Scientists Plan to Flood Poachers' Market with Fake Rhino Horns

The researchers hope to undermine the illegal market.

Scientists have created a method for manufacturing fake rhino horns using horsehair.

Their hope is that by releasing these fake products into the illegal rhino horn market, they will undermine the sellers of genuine horns.

In doing so they aim to combat the harmful effects of poaching on the endangered species.

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A Trojan horse made of horsehair

Researchers from the University of Oxford and Fudan University teamed up to develop the method for making fake rhino horns out of horsehair.

The survival of the rhino species is threatened, and poaching is largely to blame for this. Sadly, rhino horn is seen as an aphrodisiac and traditional medicine in several countries, including China and Vietnam. This has kept demand high despite official initiatives to prevent the trade.

As the BBC reports, the Oxford team hopes the fakes will "confuse the trade".

However, some critics say it could make things worse. Save the Rhino International, for example, warns that fake horns could inadvertently increase demand and stimulate the rhino horn market.

As the non-profit points out, the horn is typically ground into a powder and used to cure snakebites, hallucinations, typhoid, headaches, carbuncles, vomiting, food poisoning, and “devil possession.” Individuals who use the horn as a cure for superstitious ailments are likely to buy a fake version regardless, it could be argued.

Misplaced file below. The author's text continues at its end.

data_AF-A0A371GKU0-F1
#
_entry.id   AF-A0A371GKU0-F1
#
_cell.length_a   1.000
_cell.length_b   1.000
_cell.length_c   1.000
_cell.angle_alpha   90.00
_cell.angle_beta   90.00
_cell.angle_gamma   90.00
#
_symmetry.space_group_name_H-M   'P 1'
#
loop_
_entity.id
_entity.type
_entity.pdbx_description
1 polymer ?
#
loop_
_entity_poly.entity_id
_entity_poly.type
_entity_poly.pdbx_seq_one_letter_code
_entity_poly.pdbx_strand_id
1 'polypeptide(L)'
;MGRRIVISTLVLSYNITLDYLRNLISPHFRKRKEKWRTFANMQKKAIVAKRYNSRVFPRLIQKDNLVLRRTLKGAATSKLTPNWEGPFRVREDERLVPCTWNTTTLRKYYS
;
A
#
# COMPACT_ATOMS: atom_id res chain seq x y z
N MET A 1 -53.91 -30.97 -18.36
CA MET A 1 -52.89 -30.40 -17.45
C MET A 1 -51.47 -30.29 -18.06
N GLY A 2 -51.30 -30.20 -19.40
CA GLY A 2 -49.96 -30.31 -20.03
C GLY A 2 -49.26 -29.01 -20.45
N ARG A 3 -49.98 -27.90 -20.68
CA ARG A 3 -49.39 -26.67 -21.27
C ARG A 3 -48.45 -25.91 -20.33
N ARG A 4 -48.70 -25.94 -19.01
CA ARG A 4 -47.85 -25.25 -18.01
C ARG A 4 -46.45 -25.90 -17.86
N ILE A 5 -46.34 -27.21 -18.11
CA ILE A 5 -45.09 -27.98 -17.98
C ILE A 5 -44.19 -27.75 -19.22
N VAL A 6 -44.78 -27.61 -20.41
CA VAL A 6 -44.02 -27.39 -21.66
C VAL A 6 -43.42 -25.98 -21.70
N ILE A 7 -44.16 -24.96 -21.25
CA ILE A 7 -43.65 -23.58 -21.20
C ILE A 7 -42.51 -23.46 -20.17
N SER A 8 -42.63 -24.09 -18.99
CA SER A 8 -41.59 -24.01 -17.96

The conservation charity says it is more important to focus efforts on anti-poaching measures.

How do they make the fake rhino horns?

Despite this, the scientists from Oxford and Fudan University believe they have made a credible version of the horn that can be cheaply mass-produced.

While others have created fake rhino horns with the same intention, the key difference here is the cheap production cost.

The researchers believe that filling the market with these fake horns will lower the price of the product and, therefore, reduce poaching.

"It appears from our investigation that it is rather easy as well as cheap to make a bio-inspired horn-like material that mimics the rhino's extravagantly expensive tuft of nose hair," Prof Fritz Vollrath, from the University of Oxford's Department of Zoology told the BBC.

Rhino horns are in fact formed from strands of tightly packed hair. Secretions from the rhino glue the strands together forming the horn, meaning it is different from a cow horn or elephant tusk.

The team of zoologists in Oxford and molecular scientists at Fudan University in Shanghai created a way of compressing and shaping horsehair in such a way that it looks and feels incredibly similar to a real rhino horn — making it suitable to be sent in to infiltrate the market. The researchers' study was published in Nature.

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